Watson Institute for International and Public Affairs

Sawyer Seminar People

Jessaca Leinaweaver serves as CLACS Director and is a Professor of Anthropology. Jessaca is a cultural anthropologist who conducts research in Peru and the Peruvian diaspora. Her first book, The Circulation of Children (Duke University Press, 2008), based on research carried out in Ayacucho, Peru, examined informal child fostering in the urban Andes and its intersections with international adoption policies. Her second book, Adoptive Migration (Duke University Press, 2013), based on research carried out in Madrid, Spain, contrasted transnational adoption and family migration from Peru to Spain. She has also done collaborative research in Yauyos, Peru, with colleagues and students at the Pontifical Catholic University of Peru in Lima. Her current project is a study of aging, social responsibility, and demographic thinking in Peru, examining the marginalization of older, impoverished Latin Americans and the effectiveness of government proposals for improving their conditions. 

Daina Sanchez is the Mellon Sawyer Postdoctoral Research Associate at the Center for Latin American Studies. She received her MA and PhD in anthropology from the University of California, Irvine and her BA in Ethnic Studies and History from the University of San Diego. Her research lies at the intersection of race, migration, and indigenous studies. She conducted ethnographic research among Los Angeles-based youth with origins in the Zapotec community of San Andrés Solaga in Oaxaca, Mexico. Her research examines how young adults form and negotiate ethnic, community, and national identities away from their ancestral homeland. Her work has received funding from the National Science Foundation Graduate Research Fellowship Program and the National Science Foundation Doctoral Dissertation Research Improvement Grant.
Violet Cavicchi is a doctoral student at Brown in the department of Music, specializing in ethnomusicology. Her dissertation project investigates the workings of Andean music technoculture that links past and present, urban and rural, and people of varied ethnic, racial, and class positions. She focuses on personalized and communal uses of music in radio broadcasting, music video production, and home recordings of live performances of the bandurria, a string instrument from Cusco. She received her B.A. at Vassar College in Anthropology with a correlate in Music and Culture and wrote her senior thesis on mixing music as a means of cultural intermediation for Latin DJs in NYC.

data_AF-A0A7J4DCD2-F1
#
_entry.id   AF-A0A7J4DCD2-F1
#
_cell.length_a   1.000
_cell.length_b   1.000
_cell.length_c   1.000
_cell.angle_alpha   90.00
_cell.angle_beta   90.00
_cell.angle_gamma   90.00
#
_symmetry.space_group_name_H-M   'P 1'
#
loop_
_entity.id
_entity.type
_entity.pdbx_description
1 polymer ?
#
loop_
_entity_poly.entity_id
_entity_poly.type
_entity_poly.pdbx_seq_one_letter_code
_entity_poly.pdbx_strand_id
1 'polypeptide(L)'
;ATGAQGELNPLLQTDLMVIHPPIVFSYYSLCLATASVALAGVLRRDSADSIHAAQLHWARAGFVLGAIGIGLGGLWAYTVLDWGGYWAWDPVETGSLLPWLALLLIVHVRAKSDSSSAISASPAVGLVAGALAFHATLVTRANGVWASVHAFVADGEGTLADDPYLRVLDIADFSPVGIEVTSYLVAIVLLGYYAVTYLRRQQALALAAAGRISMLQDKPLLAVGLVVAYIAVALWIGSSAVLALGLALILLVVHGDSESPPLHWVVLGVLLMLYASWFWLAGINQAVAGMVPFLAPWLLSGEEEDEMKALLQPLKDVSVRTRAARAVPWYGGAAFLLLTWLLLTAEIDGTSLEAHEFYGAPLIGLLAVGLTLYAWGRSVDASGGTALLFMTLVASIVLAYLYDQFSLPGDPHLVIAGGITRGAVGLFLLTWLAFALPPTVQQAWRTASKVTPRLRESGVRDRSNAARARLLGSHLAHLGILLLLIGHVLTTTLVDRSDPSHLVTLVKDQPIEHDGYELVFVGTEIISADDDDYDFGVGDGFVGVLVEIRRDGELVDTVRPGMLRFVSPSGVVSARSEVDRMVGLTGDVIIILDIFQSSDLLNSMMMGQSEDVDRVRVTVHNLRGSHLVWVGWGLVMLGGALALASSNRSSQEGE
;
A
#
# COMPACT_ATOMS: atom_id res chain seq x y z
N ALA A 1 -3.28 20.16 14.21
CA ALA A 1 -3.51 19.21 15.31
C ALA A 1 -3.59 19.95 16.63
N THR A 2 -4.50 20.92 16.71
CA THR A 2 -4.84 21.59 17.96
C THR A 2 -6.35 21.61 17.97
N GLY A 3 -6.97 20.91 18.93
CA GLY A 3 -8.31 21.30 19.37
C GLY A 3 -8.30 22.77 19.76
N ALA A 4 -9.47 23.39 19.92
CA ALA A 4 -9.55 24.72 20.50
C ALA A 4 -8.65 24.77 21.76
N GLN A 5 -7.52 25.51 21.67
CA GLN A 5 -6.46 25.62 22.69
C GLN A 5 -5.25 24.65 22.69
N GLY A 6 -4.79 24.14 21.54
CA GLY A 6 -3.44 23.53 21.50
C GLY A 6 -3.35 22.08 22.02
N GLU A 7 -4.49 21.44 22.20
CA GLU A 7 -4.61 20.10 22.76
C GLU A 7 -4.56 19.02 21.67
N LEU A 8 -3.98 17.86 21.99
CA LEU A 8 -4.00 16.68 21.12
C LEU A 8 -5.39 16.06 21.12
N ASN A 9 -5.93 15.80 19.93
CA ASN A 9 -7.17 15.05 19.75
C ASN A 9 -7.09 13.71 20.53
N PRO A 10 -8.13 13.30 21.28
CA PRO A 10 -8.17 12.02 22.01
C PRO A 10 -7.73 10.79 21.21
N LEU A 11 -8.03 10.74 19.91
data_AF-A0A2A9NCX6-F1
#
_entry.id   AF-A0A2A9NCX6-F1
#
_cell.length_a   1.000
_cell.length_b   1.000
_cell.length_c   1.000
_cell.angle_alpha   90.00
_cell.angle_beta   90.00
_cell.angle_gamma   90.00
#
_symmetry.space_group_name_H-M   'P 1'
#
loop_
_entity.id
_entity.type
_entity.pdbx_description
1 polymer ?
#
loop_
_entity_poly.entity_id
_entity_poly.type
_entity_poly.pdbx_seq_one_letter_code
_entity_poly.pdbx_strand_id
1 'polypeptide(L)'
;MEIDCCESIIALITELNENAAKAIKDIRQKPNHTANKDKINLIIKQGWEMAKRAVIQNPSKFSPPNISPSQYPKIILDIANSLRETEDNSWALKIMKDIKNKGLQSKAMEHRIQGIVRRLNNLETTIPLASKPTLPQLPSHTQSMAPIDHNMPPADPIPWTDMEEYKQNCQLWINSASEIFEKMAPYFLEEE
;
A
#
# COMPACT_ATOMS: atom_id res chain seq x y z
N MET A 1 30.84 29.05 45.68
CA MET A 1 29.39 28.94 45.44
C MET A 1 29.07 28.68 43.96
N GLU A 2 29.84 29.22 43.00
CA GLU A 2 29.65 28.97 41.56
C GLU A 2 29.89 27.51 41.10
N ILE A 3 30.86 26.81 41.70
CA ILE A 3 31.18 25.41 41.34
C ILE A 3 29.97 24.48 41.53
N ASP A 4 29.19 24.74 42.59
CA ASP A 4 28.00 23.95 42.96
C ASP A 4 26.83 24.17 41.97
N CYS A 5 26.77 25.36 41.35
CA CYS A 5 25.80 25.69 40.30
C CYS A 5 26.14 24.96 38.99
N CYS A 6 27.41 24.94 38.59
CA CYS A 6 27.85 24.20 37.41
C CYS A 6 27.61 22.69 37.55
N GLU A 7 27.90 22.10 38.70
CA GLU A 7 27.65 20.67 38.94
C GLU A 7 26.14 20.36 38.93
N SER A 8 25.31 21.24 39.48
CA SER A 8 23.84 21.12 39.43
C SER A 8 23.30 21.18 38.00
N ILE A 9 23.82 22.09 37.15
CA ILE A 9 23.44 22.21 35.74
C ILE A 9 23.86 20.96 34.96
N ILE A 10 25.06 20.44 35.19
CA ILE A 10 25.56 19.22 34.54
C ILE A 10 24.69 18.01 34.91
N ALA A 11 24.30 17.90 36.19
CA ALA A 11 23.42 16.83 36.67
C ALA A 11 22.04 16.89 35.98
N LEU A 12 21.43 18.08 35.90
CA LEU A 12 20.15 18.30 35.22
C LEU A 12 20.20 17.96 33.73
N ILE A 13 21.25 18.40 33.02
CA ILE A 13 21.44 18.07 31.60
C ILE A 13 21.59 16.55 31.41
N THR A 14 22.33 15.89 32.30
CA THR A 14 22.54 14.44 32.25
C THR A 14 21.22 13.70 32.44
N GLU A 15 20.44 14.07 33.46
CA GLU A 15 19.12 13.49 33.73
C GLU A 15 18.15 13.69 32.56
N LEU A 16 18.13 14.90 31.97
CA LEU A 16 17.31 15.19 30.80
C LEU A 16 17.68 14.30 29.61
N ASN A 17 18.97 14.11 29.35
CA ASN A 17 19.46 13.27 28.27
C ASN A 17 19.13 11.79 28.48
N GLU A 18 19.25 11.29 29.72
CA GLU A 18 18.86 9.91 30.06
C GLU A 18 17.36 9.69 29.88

Lauren E. Deal is a PhD candidate at Brown in the department of Anthropology specializing in linguistic and sociocultural anthropology. She received her BA in anthropology from the The George Washington University. Her dissertation research examines ideas of race, indigeneity, and identity in Buenos Aires, Argentina. Specifically, it examines how Argentines of European descent engage in projects of indigenous linguistic and cultural revival to consider the politics of appropriation and the meanings of whiteness in Latin America. She has previously conducted research in Buenos Aires on language and music in protest, and the language of Opera pedagogy. 

CLACS Sawyer Seminar Fellows

Mariela Pichardo '20 is a third year student of Puerto Rican and Dominican descent concentrating in Africana and Ethnic Studies. She is interested in questions of diaspora, cultural production, and identity. As a Mellon Mays Undergraduate Fellow at Brown, she is researching the role of Dominican American Bachateros (Bachata artists) in shaping perceptions of contemporary Dominican national identity.

Alejandra Mena Serranía ’20 is a junior concentrating in Comparative Literature. Born and raised in Mexico City, she came to the USA planning to study English and French literature. Although her interest in both continues, her two years at Brown have resulted in a return to the mother tongue, and so she plans to also concentrate in Hispanic Studies. After recently taking a course on Indigenous literatures of Latin America and learning more about her ancestry, she has been drawn to the Otomí and Nahua languages and cultures, and towards ancient and contemporary poetry written in various of the indigenous languages of Mexico; things which she believes will be central to her future academic endeavors.